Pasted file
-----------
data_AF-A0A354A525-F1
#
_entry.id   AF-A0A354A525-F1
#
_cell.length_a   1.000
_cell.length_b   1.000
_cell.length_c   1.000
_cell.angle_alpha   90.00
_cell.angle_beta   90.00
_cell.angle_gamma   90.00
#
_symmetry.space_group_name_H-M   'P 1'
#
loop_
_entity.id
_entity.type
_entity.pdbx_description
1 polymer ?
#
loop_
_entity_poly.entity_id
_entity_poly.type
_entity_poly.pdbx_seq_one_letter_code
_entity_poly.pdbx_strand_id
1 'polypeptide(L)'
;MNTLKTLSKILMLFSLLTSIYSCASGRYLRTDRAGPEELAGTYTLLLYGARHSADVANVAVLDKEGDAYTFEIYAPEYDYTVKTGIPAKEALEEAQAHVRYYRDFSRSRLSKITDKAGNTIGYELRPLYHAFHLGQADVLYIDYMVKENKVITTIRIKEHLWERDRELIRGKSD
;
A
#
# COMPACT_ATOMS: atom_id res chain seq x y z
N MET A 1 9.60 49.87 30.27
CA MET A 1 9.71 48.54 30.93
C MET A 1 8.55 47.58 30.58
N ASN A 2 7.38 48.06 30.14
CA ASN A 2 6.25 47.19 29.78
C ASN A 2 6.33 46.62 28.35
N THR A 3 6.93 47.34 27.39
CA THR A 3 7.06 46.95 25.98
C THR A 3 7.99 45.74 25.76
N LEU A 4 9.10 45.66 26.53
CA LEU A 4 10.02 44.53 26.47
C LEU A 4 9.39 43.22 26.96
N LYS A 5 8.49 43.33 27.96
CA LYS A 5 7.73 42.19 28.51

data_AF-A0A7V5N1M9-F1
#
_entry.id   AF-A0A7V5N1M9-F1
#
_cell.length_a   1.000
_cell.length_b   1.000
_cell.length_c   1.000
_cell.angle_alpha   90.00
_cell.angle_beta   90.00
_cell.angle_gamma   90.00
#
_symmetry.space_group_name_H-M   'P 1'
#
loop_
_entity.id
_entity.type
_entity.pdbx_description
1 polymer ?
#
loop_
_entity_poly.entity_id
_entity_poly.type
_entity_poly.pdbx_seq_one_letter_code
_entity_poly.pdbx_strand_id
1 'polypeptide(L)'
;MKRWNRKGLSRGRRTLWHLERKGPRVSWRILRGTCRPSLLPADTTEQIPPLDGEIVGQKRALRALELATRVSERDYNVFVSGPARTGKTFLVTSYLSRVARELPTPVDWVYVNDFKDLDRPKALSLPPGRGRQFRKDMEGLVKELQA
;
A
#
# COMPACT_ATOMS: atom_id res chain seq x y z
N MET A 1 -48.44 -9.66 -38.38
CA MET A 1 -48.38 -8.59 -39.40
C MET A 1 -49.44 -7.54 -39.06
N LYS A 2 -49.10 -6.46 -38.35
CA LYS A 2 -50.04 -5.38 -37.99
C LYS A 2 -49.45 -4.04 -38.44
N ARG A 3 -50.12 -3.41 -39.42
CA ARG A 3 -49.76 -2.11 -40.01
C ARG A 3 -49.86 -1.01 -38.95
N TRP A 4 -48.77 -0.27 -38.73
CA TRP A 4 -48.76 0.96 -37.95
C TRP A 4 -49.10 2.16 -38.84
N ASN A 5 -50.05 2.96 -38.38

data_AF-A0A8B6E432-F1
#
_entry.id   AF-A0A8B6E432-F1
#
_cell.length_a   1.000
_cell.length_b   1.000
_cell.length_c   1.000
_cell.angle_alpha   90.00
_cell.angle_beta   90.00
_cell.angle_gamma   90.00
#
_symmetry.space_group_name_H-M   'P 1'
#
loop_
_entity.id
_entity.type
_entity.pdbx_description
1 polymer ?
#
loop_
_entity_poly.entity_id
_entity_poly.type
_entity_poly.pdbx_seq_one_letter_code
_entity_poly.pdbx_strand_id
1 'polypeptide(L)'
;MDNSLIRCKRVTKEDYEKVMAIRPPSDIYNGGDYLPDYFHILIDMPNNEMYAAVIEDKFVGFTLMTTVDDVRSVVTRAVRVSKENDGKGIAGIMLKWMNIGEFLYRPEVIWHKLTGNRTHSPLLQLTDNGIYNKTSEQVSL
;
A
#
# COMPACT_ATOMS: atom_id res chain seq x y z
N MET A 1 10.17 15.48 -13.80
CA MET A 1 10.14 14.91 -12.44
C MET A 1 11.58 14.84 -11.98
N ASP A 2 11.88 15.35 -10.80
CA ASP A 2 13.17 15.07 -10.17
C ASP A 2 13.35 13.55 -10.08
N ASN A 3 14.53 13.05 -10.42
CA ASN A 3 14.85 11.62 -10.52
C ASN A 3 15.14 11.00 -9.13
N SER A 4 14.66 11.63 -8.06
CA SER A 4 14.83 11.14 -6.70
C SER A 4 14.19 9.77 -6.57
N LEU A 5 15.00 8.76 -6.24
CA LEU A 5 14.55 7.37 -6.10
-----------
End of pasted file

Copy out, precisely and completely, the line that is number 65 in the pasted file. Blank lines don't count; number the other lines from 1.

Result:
_entity_poly.entity_id